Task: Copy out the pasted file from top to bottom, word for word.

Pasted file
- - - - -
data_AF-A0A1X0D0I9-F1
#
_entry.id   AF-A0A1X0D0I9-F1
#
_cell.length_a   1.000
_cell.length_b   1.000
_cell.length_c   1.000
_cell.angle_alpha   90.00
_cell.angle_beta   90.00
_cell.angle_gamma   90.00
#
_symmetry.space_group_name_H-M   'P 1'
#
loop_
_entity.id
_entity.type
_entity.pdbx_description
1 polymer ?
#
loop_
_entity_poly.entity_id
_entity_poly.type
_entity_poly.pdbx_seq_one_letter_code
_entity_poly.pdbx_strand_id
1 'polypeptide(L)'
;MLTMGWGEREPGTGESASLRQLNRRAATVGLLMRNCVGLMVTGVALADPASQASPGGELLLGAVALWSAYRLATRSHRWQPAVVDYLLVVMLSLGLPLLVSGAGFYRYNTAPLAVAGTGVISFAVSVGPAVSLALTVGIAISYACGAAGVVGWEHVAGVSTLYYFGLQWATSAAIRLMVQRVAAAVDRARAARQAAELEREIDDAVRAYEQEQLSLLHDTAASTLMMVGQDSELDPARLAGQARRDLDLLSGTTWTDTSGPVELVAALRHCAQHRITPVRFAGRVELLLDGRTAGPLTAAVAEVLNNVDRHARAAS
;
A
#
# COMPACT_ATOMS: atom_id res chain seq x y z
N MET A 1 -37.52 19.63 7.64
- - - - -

data_AF-A0A1X0D0I9-F1
#
_entry.id   AF-A0A1X0D0I9-F1
#
_cell.length_a   1.000
_cell.length_b   1.000
_cell.length_c   1.000
_cell.angle_alpha   90.00
_cell.angle_beta   90.00
_cell.angle_gamma   90.00
#
_symmetry.space_group_name_H-M   'P 1'
#
loop_
_entity.id
_entity.type
_entity.pdbx_description
1 polymer ?
#
loop_
_entity_poly.entity_id
_entity_poly.type
_entity_poly.pdbx_seq_one_letter_code
_entity_poly.pdbx_strand_id
1 'polypeptide(L)'
;MLTMGWGEREPGTGESASLRQLNRRAATVGLLMRNCVGLMVTGVALADPASQASPGGELLLGAVALWSAYRLATRSHRWQPAVVDYLLVVMLSLGLPLLVSGAGFYRYNTAPLAVAGTGVISFAVSVGPAVSLALTVGIAISYACGAAGVVGWEHVAGVSTLYYFGLQWATSAAIRLMVQRVAAAVDRARAARQAAELEREIDDAVRAYEQEQLSLLHDTAASTLMMVGQDSELDPARLAGQARRDLDLLSGTTWTDTSGPVELVAALRHCAQHRITPVRFAGRVELLLDGRTAGPLTAAVAEVLNNVDRHARAAS
;
A
#
# COMPACT_ATOMS: atom_id res chain seq x y z
N MET A 1 -37.52 19.63 7.64